The 12 wastes of Christmas (and how to dispose of them)

A bit of forethought and some industry insider knowledge can help you make this festive season your least wasteful yet.

While Christmas can be the most wonderful time of the year for many, it is also the most wasteful time of year with a 30% increase in waste from kerbside bins according to the CSIRO and around six million Australians getting a gift they will never use (candles, socks, pampering gifts are leaders here).

But Veolia is here to let you know it doesn’t have to be this way.

“With a little bit of forethought, some cunning Christmas tips, and with our waste industry insider’s knowledge, we can help you make it the least wasteful festive season for you and your family,” said Veolia ANZ Chief Operating Officer - Resource Recovery Craig Barker.

“This simple guide will help every household understand which bin is right for your rubbish, especially if you want to see more waste recycled and help divert it from landfill. Here in a nutshell, is everything you need to know to make this the least wasteful festive season ever.”

The Veolia Guide to 12 ways of binning Christmas waste the right way

Christmas paper
It’s great if you can reuse wrapping paper next year but if tiny hands get all excited and tear their way to the gift, making the wrapping irrecoverable then this is where it needs to go. Wrapping paper made from 100% paper can go in your yellow lid bin. If the wrapping paper is easy to tear then it’s probably paper. 
In contrast, metallic wrapping paper and paper with glitter or foil can’t be recycled, that has to go in the red bin and on to landfill. 

But here’s a tip for those that love glitter and the environment equally, it is possible to make your own completely biodegradable “edible” glitter. Check out this CSIRO recipe for edible glitter.  

Christmas trees
Small natural Christmas trees can be broken up into small parts and put in the green bin with garden clippings. Bigger trees can be placed beside the green bin. Many councils now run Christmas tree pick-ups towards the end of the festive season for larger trees, so keep an eye out for those. The great thing is this year’s natural trees will be turned into mulch and compost that can be used for next year’s Christmas tree crop.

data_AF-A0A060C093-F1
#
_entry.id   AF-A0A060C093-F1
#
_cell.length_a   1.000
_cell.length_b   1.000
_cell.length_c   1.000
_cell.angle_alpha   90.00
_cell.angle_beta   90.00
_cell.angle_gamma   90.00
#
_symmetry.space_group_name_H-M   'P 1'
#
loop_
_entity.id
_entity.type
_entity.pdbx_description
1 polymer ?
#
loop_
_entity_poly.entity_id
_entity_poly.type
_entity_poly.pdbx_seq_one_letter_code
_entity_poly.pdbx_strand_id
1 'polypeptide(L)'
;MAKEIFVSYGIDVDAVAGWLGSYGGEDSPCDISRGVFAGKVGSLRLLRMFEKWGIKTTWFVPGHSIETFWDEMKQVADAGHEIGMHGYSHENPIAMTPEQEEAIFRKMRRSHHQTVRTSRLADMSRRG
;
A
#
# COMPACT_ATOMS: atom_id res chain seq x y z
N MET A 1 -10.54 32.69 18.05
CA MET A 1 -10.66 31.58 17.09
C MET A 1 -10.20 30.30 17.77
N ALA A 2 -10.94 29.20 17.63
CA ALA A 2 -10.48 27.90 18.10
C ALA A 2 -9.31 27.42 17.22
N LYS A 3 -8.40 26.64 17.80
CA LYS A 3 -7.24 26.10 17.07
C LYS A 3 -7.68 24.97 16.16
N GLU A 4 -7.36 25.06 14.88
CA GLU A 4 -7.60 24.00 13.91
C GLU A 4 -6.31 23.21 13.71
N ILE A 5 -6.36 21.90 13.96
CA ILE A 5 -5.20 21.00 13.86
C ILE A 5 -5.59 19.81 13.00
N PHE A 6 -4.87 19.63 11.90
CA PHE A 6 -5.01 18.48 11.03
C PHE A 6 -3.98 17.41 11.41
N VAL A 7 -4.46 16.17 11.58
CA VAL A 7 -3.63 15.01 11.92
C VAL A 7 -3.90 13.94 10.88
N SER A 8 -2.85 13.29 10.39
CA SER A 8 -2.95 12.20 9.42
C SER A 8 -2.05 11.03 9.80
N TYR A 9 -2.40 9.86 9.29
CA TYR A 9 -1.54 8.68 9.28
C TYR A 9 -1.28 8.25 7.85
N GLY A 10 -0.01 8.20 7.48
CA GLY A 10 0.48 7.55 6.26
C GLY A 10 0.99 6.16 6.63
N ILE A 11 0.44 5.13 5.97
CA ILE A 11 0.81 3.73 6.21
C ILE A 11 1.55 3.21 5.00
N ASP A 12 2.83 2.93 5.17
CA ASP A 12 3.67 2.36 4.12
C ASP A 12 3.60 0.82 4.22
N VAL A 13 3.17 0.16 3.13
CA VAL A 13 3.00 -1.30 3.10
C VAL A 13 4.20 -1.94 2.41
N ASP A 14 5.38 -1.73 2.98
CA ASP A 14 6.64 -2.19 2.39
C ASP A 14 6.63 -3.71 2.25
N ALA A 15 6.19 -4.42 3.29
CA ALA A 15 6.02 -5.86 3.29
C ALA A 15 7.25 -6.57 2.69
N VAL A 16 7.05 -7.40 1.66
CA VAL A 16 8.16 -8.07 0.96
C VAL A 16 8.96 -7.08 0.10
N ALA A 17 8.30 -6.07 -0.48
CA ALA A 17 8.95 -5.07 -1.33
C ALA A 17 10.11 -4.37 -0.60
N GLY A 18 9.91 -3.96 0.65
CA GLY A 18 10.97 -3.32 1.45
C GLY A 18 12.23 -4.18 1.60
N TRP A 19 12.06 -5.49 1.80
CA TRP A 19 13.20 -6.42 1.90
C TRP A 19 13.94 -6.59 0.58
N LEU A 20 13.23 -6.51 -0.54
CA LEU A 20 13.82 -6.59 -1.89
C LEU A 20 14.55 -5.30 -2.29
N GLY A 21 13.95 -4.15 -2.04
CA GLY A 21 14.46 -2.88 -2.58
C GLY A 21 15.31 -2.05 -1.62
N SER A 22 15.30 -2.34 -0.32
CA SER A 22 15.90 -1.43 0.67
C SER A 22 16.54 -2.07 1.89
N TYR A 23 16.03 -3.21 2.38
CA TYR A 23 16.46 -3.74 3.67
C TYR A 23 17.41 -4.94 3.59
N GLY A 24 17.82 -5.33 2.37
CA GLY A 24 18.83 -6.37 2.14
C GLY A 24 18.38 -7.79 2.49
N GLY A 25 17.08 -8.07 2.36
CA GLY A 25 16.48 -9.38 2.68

Plastic Christmas trees are another story. It’s impossible to recycle these so they generally go in the red bin or get added to a bulk pick-up and sent to landfill.

Christmas decorations
In general Christmas decorations come in so many different shapes, sizes and compositions that most can’t be recycled. It’s the red bin and landfill for them. Tinsel is particularly challenging. It definitely should not go in the recycle bin as it wraps around conveyor belts and other machinery involved in the resource recovery process for recyclables. Re-use tinsel where you can or find a sustainable alternative.

Fairy lights, LEDs and electronics are no good for your bins either but there is opportunity to recycle them. Send Christmas tree lights and small electronics to your local e-waste recycling station instead, or include them in a booked doorstop recycling collection. If dropped off in the correct location, up to 95% of raw materials can be recovered and reused. Dump them in the wrong location and it’s back to landfill.

Do not place a battery in any household bin, they are a fire hazard in bins, trucks, and landfill if disposed of incorrectly. Drop these off at special battery recycling locations. You can find a battery recycling location in your area by searching the B-cycle battery recycling website.  

Phone upgrades
So, you got a new phone for Christmas ― those food selfies don’t take themselves. If you are lucky enough to have upgraded to a new phone or piece of tech, don’t dump the old model in a kerbside bin, especially as there might be some profit in it for you. There is value in old phones and tech. Be sure to research trade-in-options so you can receive money for your devices before they are reused or recycled. Reusing is always better than recycling. If not, drop them off at your local e-waste spot.